But before long, Lamar staggers back to where it’s blacked-out, and the sax feels as though it’s fading out, when he plays his final card – centre stage, spot-lit with eyes shut – an untitled verse that reveals what’s at stake. ‘On February 26th I lost my life too,’ he raps, a reference to the fatal shooting of black teenager Trayvon Martin in 2012 by a member of the community watch, later acquitted of second-degree murder and manslaughter, and it’s here that there is a stark realisation of the racial politics at play.

The finale, a camera close-up as the rapping speeds up and the shot is cut up, is what Lamar has lead us to, a ‘conversation for the nation, [that] is bigger than us’, that he then silences with the outline of Africa with ‘COMPTON’ stamped across it, as Lamar, a black silhouette, stands alone.

So, from this performance that paints a picture of all that has gone wrong in those supposedly united States, what follows is a performance from Hamilton, a musical about the building of that very nation.

Hamilton, with the opening number broadcast live from the Richard Rodgers Theatre on Broadway, tells the history of the United States through rap, hip-hop and R&B. This too opens with a drumbeat, although this one is more military than it is tribal, and accompanied by the sweet screech of violin strings and sporadic clicks from the company, wearing cream deconstructions of colonial dress. The camera pulls out and pans across to capture the actors as they enter and recount Hamilton’s early life in a ‘forgotten spot in the Caribbean’.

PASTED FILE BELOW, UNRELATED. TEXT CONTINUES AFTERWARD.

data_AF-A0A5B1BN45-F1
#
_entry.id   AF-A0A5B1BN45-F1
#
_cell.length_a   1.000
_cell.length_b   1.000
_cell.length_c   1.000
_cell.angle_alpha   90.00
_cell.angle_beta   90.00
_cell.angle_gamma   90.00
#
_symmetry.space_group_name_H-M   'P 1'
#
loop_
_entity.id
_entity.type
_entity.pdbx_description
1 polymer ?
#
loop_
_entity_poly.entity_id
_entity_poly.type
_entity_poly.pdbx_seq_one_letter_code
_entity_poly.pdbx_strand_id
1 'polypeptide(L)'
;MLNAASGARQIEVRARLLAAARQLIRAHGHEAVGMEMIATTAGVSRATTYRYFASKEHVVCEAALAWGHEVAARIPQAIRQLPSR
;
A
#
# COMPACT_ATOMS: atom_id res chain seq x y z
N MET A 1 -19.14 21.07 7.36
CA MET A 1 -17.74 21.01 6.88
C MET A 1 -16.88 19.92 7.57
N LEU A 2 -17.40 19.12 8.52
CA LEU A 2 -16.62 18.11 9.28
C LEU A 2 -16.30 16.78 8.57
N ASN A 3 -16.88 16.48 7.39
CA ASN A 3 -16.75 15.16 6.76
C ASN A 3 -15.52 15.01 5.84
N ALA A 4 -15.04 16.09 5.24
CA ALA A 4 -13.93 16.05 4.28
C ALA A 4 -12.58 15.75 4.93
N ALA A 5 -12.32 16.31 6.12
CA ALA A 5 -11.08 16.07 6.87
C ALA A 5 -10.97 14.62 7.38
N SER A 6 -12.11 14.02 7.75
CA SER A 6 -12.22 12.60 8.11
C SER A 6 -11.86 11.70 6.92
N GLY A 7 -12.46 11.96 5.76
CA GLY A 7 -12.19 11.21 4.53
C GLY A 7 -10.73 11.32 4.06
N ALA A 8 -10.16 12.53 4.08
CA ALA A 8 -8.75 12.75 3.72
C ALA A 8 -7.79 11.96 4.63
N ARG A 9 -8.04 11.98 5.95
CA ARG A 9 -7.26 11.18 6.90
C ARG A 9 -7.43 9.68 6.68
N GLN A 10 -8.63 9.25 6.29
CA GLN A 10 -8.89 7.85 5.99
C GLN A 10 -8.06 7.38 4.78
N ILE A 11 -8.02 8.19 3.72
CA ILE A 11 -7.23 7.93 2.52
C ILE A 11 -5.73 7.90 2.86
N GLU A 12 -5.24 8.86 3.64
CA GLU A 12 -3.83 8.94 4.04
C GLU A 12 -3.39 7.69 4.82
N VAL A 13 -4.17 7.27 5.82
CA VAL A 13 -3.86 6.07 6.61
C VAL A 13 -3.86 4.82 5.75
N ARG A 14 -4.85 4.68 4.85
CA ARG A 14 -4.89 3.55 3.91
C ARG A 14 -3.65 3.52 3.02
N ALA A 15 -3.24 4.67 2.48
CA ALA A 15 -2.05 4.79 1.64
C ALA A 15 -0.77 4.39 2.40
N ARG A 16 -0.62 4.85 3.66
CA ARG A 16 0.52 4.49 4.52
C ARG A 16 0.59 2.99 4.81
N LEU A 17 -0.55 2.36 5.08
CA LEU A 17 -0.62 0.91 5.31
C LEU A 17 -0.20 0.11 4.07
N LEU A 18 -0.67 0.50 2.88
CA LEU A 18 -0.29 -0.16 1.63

The cast may be dressed in the frilly collars and frock coats of the story’s setting, but their characters are colourful, not only literally, as people-of-colour are cast as America’s Caucasian founders, but also as from the mouths of these historic heroes springs the music of today: raps spoken over dark hanging chords with all the swagger of Kendrick.

The man himself, played by Lin-Manuel Miranda, has his moment in the spotlight, centre stage, too, and the company list his hardships. His father ‘splits’, ‘his mother went quick’, the last word a lingering whisper, haunting the scene as a woman is lifted, lifeless, to represent her passing, and, without skipping a beat, a man on a chair mimes winding a rope around his neck – Hamilton’s cousin committing suicide.

A phoenix rising from the ashes, like Lamar’s rebirth around his bonfire, Hamilton writes ‘his first refrain [as] a testament to his pain’, a creative process that recalls the origins of rap, where artists seek to write their way out of their circumstances. Off to New York to be a new man, Hamilton ascends to the set’s balcony, a bare, wooden structure controlled by the company, as the central narrator, identity yet unknown, resumes a quick spit of rapped rhymes.

The company line downstage, another collective-of-colour like Kendrick’s convicts, and are illustrative of, as Miranda has had to explain exhaustively in media interviews, a story of America then told by America now. And America now is where we are, as Hamilton descends the lowered steps as if coming ashore as the company sings, ‘the world will never be the same’.